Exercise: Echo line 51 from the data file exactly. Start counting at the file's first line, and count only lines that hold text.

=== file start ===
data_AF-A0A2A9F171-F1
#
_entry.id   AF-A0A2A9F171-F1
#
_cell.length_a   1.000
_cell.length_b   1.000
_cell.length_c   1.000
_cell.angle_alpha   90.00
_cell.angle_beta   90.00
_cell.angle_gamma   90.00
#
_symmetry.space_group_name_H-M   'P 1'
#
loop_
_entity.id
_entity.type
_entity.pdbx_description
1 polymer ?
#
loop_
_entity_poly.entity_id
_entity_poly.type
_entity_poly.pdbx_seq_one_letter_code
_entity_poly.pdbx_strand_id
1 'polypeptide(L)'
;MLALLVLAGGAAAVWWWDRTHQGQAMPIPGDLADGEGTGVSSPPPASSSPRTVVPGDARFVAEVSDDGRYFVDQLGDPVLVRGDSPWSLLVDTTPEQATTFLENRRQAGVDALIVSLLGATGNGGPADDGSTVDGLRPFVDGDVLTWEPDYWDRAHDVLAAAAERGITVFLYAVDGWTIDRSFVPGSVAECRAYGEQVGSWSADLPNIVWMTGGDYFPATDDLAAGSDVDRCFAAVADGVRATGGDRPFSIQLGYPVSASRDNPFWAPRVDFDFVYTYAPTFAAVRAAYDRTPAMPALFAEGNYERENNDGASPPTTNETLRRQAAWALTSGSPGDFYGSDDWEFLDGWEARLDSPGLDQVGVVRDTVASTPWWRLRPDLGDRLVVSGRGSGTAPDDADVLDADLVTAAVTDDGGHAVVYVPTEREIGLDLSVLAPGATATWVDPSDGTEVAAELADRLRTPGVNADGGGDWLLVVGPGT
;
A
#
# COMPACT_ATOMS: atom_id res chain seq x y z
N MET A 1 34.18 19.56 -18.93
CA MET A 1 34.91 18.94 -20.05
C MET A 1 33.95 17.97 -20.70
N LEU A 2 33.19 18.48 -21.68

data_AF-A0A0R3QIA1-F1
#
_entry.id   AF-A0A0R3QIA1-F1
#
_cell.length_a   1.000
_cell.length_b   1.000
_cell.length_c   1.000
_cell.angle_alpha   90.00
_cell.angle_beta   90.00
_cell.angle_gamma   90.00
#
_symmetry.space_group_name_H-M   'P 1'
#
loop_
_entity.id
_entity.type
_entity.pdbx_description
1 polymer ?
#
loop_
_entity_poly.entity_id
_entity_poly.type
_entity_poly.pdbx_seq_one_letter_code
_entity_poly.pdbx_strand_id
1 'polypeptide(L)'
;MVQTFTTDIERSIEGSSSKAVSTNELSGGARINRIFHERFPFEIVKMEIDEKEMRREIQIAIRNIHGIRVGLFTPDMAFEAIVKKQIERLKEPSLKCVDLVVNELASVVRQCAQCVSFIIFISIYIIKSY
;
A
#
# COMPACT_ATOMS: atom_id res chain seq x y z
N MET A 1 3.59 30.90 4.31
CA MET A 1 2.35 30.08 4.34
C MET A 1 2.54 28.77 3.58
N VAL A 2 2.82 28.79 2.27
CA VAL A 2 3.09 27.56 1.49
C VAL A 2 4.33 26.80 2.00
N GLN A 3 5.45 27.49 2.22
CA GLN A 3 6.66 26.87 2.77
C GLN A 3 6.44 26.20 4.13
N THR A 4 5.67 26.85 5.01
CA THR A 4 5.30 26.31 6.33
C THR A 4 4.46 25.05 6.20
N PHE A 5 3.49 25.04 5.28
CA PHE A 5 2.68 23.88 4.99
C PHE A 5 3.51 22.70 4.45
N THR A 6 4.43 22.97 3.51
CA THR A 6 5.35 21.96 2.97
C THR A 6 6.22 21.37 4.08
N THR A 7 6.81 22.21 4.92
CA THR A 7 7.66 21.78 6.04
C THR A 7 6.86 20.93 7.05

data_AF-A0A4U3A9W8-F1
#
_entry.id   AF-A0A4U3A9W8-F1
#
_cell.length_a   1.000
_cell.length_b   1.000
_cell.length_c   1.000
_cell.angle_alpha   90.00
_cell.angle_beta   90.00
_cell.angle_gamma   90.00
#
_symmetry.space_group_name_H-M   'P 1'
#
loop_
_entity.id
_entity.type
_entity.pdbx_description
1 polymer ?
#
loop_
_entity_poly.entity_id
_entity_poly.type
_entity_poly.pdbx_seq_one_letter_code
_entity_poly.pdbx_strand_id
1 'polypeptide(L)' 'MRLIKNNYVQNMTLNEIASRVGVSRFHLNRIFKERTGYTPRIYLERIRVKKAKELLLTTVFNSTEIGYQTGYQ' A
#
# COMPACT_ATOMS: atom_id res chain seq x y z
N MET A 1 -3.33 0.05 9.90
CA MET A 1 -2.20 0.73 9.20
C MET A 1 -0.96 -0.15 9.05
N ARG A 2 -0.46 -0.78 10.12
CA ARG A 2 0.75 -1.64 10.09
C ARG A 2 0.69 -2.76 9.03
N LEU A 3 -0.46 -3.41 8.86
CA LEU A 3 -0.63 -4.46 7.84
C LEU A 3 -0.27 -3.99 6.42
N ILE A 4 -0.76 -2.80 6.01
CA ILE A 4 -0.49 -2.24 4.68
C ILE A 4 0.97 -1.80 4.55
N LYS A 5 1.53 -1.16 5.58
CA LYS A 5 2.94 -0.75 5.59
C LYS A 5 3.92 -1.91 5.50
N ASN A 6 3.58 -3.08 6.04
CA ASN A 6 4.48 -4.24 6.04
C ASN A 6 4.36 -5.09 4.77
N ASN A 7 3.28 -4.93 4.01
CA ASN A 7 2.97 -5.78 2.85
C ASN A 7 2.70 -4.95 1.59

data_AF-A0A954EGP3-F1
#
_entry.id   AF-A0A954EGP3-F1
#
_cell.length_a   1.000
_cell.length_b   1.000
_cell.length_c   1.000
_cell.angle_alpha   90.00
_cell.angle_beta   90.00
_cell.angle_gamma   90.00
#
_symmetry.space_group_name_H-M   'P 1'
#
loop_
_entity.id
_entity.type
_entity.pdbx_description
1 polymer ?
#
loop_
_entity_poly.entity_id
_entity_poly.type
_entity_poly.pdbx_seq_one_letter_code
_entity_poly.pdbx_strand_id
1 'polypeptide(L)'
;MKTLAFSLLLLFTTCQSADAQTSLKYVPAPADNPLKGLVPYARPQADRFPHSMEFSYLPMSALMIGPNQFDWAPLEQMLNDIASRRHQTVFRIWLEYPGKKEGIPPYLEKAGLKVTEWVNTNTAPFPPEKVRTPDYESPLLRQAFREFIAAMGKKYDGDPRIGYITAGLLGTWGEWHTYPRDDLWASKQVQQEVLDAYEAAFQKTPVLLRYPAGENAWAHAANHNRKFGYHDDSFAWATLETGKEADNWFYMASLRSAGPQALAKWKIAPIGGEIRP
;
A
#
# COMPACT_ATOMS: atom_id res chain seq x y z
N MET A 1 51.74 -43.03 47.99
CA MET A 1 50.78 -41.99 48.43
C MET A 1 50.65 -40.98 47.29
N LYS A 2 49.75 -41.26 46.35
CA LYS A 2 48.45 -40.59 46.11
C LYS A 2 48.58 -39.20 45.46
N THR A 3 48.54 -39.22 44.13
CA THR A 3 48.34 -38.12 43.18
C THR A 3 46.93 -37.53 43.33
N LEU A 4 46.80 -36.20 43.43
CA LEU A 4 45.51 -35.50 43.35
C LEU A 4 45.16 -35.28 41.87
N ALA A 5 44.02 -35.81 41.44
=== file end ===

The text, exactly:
_entity.pdbx_description